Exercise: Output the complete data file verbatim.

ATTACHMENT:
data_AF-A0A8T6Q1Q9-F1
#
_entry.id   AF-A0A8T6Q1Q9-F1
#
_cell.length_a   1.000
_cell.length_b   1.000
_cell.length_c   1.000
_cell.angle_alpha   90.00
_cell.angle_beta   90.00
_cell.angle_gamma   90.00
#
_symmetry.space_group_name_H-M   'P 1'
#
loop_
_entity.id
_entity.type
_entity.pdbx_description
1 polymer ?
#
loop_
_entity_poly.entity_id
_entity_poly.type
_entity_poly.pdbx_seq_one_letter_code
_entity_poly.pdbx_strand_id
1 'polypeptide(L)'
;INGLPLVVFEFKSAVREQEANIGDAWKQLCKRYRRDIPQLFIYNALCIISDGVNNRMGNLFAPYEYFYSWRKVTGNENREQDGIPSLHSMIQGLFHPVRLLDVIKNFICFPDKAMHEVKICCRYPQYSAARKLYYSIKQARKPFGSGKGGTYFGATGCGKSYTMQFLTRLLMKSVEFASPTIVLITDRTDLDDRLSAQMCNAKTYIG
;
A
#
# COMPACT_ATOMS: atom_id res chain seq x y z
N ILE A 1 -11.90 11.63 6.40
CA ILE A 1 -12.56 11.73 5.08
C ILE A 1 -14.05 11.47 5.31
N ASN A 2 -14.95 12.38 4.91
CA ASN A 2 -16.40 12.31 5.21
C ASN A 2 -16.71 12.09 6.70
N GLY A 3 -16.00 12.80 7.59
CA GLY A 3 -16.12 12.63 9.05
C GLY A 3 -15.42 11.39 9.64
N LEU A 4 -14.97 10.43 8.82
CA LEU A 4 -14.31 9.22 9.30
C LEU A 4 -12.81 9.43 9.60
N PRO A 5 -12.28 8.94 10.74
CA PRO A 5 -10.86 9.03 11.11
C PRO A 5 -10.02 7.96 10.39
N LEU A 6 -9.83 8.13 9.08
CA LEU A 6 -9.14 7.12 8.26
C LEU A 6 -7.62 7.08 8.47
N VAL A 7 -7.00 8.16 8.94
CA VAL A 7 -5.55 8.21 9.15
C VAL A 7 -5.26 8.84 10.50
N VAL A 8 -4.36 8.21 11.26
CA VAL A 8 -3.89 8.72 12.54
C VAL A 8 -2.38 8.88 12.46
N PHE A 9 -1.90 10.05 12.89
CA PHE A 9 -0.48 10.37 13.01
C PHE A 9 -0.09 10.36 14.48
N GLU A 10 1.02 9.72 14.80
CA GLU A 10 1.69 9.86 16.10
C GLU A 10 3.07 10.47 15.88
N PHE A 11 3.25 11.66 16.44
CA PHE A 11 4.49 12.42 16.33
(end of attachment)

data_AF-A0A8T6Q1Q9-F1
#
_entry.id   AF-A0A8T6Q1Q9-F1
#
_cell.length_a   1.000
_cell.length_b   1.000
_cell.length_c   1.000
_cell.angle_alpha   90.00
_cell.angle_beta   90.00
_cell.angle_gamma   90.00
#
_symmetry.space_group_name_H-M   'P 1'
#
loop_
_entity.id
_entity.type
_entity.pdbx_description
1 polymer ?
#
loop_
_entity_poly.entity_id
_entity_poly.type
_entity_poly.pdbx_seq_one_letter_code
_entity_poly.pdbx_strand_id
1 'polypeptide(L)'
;INGLPLVVFEFKSAVREQEANIGDAWKQLCKRYRRDIPQLFIYNALCIISDGVNNRMGNLFAPYEYFYSWRKVTGNENREQDGIPSLHSMIQGLFHPVRLLDVIKNFICFPDKAMHEVKICCRYPQYSAARKLYYSIKQARKPFGSGKGGTYFGATGCGKSYTMQFLTRLLMKSVEFASPTIVLITDRTDLDDRLSAQMCNAKTYIG
;
A
#
# COMPACT_ATOMS: atom_id res chain seq x y z
N ILE A 1 -11.90 11.63 6.40
CA ILE A 1 -12.56 11.73 5.08
C ILE A 1 -14.05 11.47 5.31
N ASN A 2 -14.95 12.38 4.91
CA ASN A 2 -16.40 12.31 5.21
C ASN A 2 -16.71 12.09 6.70
N GLY A 3 -16.00 12.80 7.59
CA GLY A 3 -16.12 12.63 9.05
C GLY A 3 -15.42 11.39 9.64
N LEU A 4 -14.97 10.43 8.82
CA LEU A 4 -14.31 9.22 9.30
C LEU A 4 -12.81 9.43 9.60
N PRO A 5 -12.28 8.94 10.74
CA PRO A 5 -10.86 9.03 11.11
C PRO A 5 -10.02 7.96 10.39
N LEU A 6 -9.83 8.13 9.08
CA LEU A 6 -9.14 7.12 8.26
C LEU A 6 -7.62 7.08 8.47
N VAL A 7 -7.00 8.16 8.94
CA VAL A 7 -5.55 8.21 9.15
C VAL A 7 -5.26 8.84 10.50
N VAL A 8 -4.36 8.21 11.26
CA VAL A 8 -3.89 8.72 12.54
C VAL A 8 -2.38 8.88 12.46
N PHE A 9 -1.90 10.05 12.89
CA PHE A 9 -0.48 10.37 13.01
C PHE A 9 -0.09 10.36 14.48
N GLU A 10 1.02 9.72 14.80
CA GLU A 10 1.69 9.86 16.10
C GLU A 10 3.07 10.47 15.88
N PHE A 11 3.25 11.66 16.44
CA PHE A 11 4.49 12.42 16.33